Aug. 30, 2017 – Approx. 31 Min

Microbiologist Holly Ahern Speaks at Focus on Lyme 2017–heart&utm_medium=email

Professor Holly Ahern, of State University of New York Adirondack, has extensive teaching and research experience in bacteriology and molecular biology. She’s the author of nationally published textbooks on microbiology, cell biology, and molecular biology. She’s also an expert on the scientific literature pertaining to Lyme disease and other tick-borne infections.

Professor Ahern came to her Lyme expertise the hard way, as the mother of a daughter with Lyme disease. Her professional knowledge was put to the practical test of having to navigate the complex care of a Lyme patient. She understands the science and has complete empathy for the suffering that tick-borne diseases inflict on patients and families.

Earlier this year, she gave an illuminating presentation at the Focus on Lyme Scientific Conference in Scottsdale, Arizona. Addressing the historical events that have contributed to the Lyme disease epidemic in the US, she reminds the audience of something they know too well— “we are not in a good place when it comes to Lyme disease.” Then, she answers the question: how did we get here?

Ahern clearly lays out the “alternative conclusions” that over past decades have perpetuated the idea that Lyme disease is “hard to catch and easy treat.” That misconception continues to be encouraged by the CDC and IDSA today.

She points out that, in fact:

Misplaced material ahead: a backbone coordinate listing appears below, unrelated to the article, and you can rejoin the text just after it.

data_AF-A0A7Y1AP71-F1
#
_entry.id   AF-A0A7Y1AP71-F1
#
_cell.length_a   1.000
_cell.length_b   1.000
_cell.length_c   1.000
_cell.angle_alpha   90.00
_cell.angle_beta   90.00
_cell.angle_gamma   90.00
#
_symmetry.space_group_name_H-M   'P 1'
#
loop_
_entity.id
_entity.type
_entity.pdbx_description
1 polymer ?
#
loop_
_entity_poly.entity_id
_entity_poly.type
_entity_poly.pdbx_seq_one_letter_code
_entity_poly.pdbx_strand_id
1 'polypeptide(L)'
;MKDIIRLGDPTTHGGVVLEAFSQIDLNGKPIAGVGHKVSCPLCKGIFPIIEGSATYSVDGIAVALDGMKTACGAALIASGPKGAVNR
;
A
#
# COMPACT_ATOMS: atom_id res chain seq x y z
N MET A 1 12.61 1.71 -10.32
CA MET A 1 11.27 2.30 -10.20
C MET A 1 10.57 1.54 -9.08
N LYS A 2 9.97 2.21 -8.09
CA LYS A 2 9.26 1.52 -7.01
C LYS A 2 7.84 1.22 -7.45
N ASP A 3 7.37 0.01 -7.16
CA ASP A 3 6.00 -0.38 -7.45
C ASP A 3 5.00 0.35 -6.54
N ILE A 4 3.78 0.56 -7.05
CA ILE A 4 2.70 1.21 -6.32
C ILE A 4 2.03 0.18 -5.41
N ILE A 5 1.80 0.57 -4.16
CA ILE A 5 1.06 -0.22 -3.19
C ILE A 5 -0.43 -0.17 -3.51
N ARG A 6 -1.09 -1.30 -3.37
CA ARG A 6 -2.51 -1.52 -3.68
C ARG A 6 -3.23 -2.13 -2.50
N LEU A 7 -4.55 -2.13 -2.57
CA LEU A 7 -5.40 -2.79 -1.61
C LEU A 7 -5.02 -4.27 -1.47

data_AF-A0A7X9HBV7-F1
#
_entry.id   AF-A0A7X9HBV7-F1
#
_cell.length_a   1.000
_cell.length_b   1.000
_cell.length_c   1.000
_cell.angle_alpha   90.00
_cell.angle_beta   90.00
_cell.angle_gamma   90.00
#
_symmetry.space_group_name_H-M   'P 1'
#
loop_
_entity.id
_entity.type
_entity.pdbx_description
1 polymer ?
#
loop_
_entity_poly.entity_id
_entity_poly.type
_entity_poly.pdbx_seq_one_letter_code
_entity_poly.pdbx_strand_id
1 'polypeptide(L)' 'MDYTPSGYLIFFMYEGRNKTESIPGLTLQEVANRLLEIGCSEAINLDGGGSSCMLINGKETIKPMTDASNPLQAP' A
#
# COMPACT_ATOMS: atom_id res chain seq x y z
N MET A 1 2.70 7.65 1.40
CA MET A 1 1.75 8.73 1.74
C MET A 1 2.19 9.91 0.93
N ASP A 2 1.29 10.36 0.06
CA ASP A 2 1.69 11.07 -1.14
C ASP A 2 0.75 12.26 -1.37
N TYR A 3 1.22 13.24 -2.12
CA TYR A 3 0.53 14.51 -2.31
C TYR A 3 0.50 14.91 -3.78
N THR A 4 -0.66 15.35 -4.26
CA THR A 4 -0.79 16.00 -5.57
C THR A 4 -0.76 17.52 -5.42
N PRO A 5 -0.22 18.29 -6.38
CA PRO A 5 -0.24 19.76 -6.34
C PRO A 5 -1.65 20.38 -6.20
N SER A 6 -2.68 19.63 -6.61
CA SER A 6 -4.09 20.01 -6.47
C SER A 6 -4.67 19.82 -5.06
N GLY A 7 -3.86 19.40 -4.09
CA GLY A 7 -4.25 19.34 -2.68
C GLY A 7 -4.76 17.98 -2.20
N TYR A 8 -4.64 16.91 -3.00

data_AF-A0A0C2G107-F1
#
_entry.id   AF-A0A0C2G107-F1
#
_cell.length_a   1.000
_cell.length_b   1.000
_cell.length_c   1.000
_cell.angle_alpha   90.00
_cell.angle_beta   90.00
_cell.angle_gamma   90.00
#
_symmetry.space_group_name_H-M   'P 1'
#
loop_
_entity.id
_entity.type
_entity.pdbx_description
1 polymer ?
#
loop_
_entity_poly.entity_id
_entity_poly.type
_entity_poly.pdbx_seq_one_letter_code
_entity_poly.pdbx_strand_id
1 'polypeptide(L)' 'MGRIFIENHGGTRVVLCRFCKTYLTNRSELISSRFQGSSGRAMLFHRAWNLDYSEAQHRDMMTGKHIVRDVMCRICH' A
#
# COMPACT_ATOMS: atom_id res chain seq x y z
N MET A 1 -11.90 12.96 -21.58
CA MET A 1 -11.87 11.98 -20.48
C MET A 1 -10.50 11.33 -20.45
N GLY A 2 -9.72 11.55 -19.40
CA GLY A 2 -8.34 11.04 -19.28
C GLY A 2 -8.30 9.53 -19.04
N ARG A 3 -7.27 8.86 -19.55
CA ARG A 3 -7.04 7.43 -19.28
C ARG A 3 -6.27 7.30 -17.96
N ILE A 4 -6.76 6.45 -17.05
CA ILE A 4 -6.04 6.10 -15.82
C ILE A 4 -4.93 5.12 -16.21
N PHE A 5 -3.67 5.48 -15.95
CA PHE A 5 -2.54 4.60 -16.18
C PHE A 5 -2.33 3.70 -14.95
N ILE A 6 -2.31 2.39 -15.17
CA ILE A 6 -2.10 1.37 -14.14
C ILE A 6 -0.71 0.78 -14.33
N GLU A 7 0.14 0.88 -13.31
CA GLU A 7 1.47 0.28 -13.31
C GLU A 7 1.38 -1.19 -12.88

1. Lyme is easy to catch: “Lyme disease is the second most common infectious disease in the United States.”

  2. Testing for Lyme is highly inaccurate: “The recommended serological assays for Lyme disease are falsely negative more than half the time.”

  3. Lyme infection can be chronic: “There are hundreds of peer-reviewed studies that show the relationship between bacterial infection and chronic disease, not just Lyme disease.”

  4. Antibiotics do treat infection: “Of the clinical trials done to date, not one of them provides conclusive scientific evidence to prove antibiotics show no benefit to patients with chronic symptoms.”

Ahern reviews the epidemiology used in the discovery of Lyme disease and the science from the original studies of 40 years ago demonstrating the following facts:

  1. Only 1 in 4 patients with Lyme will develop the bull’s-eye rash.
  2. Only 50% of patients with Lyme will develop the antibodies needed for a positive test.
  3. Only 50% of patients with Lyme will test positive using the CDC “gold standard” two-tier test.
  4. Only 50% of patients treated with two weeks of antibiotics will get better.

Ahern uses humor and wit to describe the current scientific data which refutes the notion that patients with persistent symptoms from Lyme disease are not helped with longer term antibiotics.

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